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Written by Priyanka Nadig
on 08 Apr 2021

One of the key aims of a manufacturing company is to have the fastest time-to-market in delivering solutions that meet industry demands. Digital transformation initiatives such as additive manufacturing (AM), augmented and virtual reality (AR/VR), and Industrial Internet of Things (IIoT) provide manufacturing-intensive organizations such as OEMs and service industries a competitive edge by leveraging digitalization for seamless product development and manufacturing, and faster go-to-market.

Additive manufacturing, an advanced manufacturing technology, is a process that creates three-dimensional objects by adding material layer upon layer to get the desired shape digitally defined by CAD software. The technology began with testing and prototyping and eventually expanded its capabilities to enable the production of functional end-use parts. These parts are built to be reliable, light-weight, customized, and resistant to failures compared to conventionally manufactured parts. A M is thus challenging business models at various levels, from product design and manufacturing to supply chain. There is a potential shift in the value chains, opening up opportunities to rethink partnerships, production sites, and the use of 3D printing to complement conventional manufacturing. The impact of AM clearly goes far beyond manufacturing.

Modern digital warehouses or inventories favor on-demand production of the parts in close proximity to the customer. Besides eliminating the need for a physical warehouse, spares can be manufactured without tools and in exact quantity, creating a highly efficient decentralized spare part management system with quick turnaround time and near-zero shipping costs. This completely eliminates the need for a physical warehouse that often uses a large footprint and may not be localized enough.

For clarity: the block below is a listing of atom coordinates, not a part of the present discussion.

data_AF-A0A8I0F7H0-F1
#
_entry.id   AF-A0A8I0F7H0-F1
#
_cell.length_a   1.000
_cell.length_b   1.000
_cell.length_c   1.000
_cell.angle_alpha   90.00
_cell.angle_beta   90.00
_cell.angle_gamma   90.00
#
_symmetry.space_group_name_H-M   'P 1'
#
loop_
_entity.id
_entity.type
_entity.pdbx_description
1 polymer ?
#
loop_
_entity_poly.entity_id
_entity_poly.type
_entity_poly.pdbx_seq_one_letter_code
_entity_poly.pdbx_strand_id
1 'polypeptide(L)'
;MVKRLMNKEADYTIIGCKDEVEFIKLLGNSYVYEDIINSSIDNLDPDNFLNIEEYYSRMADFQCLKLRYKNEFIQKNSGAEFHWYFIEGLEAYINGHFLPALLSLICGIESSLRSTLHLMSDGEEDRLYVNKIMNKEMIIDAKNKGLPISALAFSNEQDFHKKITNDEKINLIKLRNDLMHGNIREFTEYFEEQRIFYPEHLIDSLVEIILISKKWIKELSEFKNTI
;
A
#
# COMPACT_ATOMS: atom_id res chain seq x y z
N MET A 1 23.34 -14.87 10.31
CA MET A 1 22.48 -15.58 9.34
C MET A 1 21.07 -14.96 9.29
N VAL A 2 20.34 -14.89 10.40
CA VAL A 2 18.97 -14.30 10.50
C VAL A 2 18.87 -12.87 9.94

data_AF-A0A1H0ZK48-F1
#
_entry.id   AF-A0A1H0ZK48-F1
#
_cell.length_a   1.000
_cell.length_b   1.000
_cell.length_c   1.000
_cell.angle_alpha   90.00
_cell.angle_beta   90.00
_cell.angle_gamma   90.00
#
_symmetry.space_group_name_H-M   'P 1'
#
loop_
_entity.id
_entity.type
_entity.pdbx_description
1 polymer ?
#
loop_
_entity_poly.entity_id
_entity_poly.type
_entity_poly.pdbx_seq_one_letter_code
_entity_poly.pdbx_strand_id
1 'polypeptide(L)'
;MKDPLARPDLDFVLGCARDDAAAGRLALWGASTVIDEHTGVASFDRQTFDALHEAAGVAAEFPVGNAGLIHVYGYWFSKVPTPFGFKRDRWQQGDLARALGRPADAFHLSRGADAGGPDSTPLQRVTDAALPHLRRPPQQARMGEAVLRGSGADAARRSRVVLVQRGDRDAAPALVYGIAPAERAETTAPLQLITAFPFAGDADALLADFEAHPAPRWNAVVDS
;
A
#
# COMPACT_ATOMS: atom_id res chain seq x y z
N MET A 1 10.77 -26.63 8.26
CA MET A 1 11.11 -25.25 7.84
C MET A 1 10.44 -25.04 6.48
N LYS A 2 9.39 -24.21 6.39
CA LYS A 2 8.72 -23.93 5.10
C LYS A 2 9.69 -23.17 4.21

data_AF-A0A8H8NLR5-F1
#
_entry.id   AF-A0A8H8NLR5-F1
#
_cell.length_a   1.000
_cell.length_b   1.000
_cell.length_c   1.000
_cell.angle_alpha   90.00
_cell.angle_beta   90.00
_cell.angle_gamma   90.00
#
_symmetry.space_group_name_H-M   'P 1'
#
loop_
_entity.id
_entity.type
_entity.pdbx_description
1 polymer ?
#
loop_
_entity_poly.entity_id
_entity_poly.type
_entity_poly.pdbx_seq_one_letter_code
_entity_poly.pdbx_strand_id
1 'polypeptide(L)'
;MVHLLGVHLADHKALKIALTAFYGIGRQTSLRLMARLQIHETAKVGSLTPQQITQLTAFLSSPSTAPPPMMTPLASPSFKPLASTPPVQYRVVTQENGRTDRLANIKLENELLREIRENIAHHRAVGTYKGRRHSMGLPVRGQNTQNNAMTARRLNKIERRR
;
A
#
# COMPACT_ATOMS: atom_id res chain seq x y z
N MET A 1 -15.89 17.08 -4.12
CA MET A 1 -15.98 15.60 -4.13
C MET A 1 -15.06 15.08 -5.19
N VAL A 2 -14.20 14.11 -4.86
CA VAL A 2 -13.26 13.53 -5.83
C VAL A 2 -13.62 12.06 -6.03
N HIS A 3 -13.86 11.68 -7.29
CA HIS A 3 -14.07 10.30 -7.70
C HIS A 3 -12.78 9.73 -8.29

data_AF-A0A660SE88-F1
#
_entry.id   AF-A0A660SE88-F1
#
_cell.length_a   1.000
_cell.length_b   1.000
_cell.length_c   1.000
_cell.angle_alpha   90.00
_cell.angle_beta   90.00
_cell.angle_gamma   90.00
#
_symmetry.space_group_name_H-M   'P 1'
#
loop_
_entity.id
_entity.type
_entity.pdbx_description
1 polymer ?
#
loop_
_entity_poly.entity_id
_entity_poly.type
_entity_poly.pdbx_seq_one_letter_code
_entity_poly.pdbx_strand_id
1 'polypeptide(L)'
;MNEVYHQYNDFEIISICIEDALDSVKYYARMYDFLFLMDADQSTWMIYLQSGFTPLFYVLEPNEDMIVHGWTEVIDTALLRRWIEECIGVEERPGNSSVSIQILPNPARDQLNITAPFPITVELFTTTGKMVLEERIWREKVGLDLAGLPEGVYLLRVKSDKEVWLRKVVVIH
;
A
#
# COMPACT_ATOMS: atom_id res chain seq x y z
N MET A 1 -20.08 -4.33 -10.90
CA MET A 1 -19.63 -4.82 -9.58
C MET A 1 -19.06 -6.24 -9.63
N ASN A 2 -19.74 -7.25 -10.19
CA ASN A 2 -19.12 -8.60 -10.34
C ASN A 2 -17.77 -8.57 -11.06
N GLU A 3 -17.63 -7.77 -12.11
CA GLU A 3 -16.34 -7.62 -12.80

On the other hand, in cases where there is limited or no history of drawings of legacy parts, especially in industries such as oil and gas and maritime, part replacement or repair pose a significant challenge. A reverse engineering approach that involves creating a CAD model and finally manufacturing with a suitable 3D printing process with the desired material, geometries, and surface finishes has addressed this challenge to a large extent. The advantage AM offers here is not just to replicate the part but also to improve design, mechanical properties, and performance.

Spare parts inventory with 3D printing. Image courtesy: Engineering.com

Fig.1: Spare parts inventory with 3D printing. (image source: Engineering.com)

Remanufacturing critical metallic components such as jet engine turbine blades, dies/molds, and other parts that suffer damage after long service in harsh environments is often time-consuming, labor-intensive, and expensive. However, because these key components are high-priced, remanufacturing these parts is crucial for reinserting them into service to maximize their service lifespan and reduce routine maintenance costs. The ability to quickly repair and restore critical functional parts targeting the damaged regions using AM has led to reduced overhauls and addressed challenges in supply chain management.